Mr. Barrett swung hurriedly round and walked some paces away with his
head downward. The ladies remained in a tolerant attitude for a minute
or so, silent. They then wheeled with one accord, and Emilia was left to


Richford was an easy drive from Brookfield, through lanes of elm and
white hawthorn.

The ladies never acted so well as when they were in the presence of a
fact which they acknowledged, but did not recognize. Albeit constrained
to admit that this was the first occasion of their ever being on their
way to the dinner-table of a person of quality, they could refuse to look
the admission in the face. A peculiar lightness of heart beset them; for
brooding ambition is richer in that first realizing step it takes,
insignificant though it seem, than in any subsequent achievement. I fear
to say that the hearts of the ladies boiled, because visages so sedate,
and voices so monotonously indifferent, would witness decidedly against
me. The common avoidance of any allusion to Richford testified to the
direction of their thoughts; and the absence of a sign of exultation may
be accepted as a proof of the magnitude of that happiness of which they
might not exhibit a feature. The effort to repress it must have cost
them horrible pain. Adela, the youngest of the three, transferred her
inward joy to the cottage children, whose staring faces from garden porch
and gate flashed by the carriage windows. "How delighted they look!" she
exclaimed more than once, and informed her sisters that a country life
was surely the next thing to Paradise. "Those children do look so
happy!" Thus did the weak one cunningly relieve herself. Arabella
occupied her mind by giving Emilia leading hints for conduct in the great
house. "On the whole, though there is no harm in your praising
particular dishes, as you do at home, it is better in society to say
nothing on those subjects until your opinion is asked: and when you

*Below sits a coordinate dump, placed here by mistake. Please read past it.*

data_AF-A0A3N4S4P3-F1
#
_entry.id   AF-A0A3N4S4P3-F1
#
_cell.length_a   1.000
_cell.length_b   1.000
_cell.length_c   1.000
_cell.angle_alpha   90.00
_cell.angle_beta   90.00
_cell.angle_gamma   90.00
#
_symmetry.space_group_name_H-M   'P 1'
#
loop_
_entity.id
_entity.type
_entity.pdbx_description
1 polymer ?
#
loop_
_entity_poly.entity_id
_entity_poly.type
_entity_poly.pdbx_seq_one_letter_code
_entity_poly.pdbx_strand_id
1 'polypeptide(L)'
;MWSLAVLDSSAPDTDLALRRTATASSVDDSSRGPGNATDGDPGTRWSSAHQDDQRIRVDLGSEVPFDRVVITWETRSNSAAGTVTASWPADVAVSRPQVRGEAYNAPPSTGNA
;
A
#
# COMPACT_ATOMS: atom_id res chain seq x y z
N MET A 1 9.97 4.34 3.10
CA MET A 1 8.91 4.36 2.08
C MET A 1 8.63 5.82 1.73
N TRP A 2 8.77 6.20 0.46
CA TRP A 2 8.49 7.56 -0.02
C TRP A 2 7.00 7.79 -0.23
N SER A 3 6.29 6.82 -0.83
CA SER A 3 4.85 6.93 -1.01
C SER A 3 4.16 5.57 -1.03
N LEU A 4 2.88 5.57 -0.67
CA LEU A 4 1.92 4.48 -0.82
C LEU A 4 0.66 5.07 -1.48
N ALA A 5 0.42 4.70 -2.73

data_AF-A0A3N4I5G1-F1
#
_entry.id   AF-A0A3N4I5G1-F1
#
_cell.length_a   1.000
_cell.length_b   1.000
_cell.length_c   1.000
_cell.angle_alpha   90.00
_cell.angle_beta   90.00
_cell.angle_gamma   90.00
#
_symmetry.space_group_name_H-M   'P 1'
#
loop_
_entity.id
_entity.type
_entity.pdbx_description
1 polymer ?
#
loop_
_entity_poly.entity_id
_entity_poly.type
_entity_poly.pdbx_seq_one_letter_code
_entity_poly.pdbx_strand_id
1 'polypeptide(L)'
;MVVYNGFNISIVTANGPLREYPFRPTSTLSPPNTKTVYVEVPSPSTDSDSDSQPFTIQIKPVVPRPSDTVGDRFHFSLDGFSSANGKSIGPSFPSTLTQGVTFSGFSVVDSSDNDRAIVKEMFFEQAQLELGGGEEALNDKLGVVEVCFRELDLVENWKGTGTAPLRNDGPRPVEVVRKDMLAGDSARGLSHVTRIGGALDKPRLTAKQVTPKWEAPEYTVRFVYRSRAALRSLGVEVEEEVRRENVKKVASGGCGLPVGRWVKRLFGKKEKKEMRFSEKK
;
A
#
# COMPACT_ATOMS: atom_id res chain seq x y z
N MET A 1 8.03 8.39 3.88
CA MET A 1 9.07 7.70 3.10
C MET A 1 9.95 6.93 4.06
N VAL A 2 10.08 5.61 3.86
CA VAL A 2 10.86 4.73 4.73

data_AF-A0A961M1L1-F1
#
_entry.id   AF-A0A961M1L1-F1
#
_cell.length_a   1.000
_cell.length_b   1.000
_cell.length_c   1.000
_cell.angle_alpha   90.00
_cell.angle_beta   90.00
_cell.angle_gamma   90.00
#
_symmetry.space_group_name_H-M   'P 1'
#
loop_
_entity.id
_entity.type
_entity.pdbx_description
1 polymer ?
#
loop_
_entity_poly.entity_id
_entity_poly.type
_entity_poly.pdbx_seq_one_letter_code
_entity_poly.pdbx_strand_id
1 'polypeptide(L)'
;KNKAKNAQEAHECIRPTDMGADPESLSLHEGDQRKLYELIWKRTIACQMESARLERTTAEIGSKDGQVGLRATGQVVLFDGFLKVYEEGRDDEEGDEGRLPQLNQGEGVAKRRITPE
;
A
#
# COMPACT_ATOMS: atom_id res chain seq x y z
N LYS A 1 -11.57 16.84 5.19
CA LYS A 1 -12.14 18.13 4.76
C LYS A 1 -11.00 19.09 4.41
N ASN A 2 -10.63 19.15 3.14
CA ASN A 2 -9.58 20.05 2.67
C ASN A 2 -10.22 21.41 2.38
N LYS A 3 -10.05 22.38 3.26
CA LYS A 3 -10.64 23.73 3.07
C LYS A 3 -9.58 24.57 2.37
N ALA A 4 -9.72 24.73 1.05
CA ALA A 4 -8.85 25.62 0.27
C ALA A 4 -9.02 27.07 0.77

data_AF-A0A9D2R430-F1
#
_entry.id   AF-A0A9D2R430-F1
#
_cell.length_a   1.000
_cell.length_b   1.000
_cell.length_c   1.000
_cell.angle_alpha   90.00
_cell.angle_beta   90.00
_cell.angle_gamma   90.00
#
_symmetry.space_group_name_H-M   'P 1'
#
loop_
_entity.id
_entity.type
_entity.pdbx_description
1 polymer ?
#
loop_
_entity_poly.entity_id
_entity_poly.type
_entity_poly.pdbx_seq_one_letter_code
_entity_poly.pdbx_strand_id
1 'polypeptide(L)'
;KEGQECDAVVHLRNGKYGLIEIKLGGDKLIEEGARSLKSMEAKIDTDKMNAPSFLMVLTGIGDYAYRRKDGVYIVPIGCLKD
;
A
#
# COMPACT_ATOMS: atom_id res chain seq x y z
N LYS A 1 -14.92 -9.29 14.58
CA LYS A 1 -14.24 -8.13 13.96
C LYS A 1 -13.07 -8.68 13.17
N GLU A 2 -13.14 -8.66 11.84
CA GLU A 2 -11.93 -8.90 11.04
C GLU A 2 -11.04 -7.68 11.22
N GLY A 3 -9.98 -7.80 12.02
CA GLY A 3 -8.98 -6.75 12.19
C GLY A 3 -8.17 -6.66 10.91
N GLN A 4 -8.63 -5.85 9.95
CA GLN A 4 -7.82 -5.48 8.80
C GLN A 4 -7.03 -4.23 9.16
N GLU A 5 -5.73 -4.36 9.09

speak, it should be as one who passes the subject by. Appreciate
flavours, but no dwelling on them! The degrees of an expression of
approbation, naturally enough, vary with age. Did my instinct prompt me
to the discussion of these themes, I should be allowed greater licence
than you." And here Arabella was unable to resist a little bit of the
indulgence Adela had taken: "You are sure to pass a most agreeable
evening, and one that you will remember."

North Pole sat high above such petty consolation; seldom speaking, save
just to show that her ideas ranged at liberty, and could be spontaneously
sympathetic on selected topics.

Their ceremonious entrance to the state-room of Richford accomplished,
the ladies received the greeting of the affable hostess; quietly
perturbed, but not enough so to disorder their artistic contemplation of
her open actions, choice of phrase, and by-play. Without communication
or pre-arrangement, each knew that the other would not let slip the
opportunity, and, after the first five minutes of languid general
converse; they were mentally at work comparing notes with one another's
imaginary conversations, while they said "Yes," and "Indeed," and "I
think so," and appeared to belong to the world about them.

"Merthyr, I do you the honour to hand this young lady to your charge,"
said Lady Gosstre, putting on equal terms with Emilia a gentleman of
perhaps five-and-thirty years; who reminded her of Mr. Barrett, but was
unclouded by that look of firm sadness which characterized the poor
organist. Mr. Powys was a travelled Welsh squire, Lady Gosstre's best
talker, on whom, as Brookfield learnt to see, she could perfectly rely to
preserve the child from any little drawing-room sins or dinner-table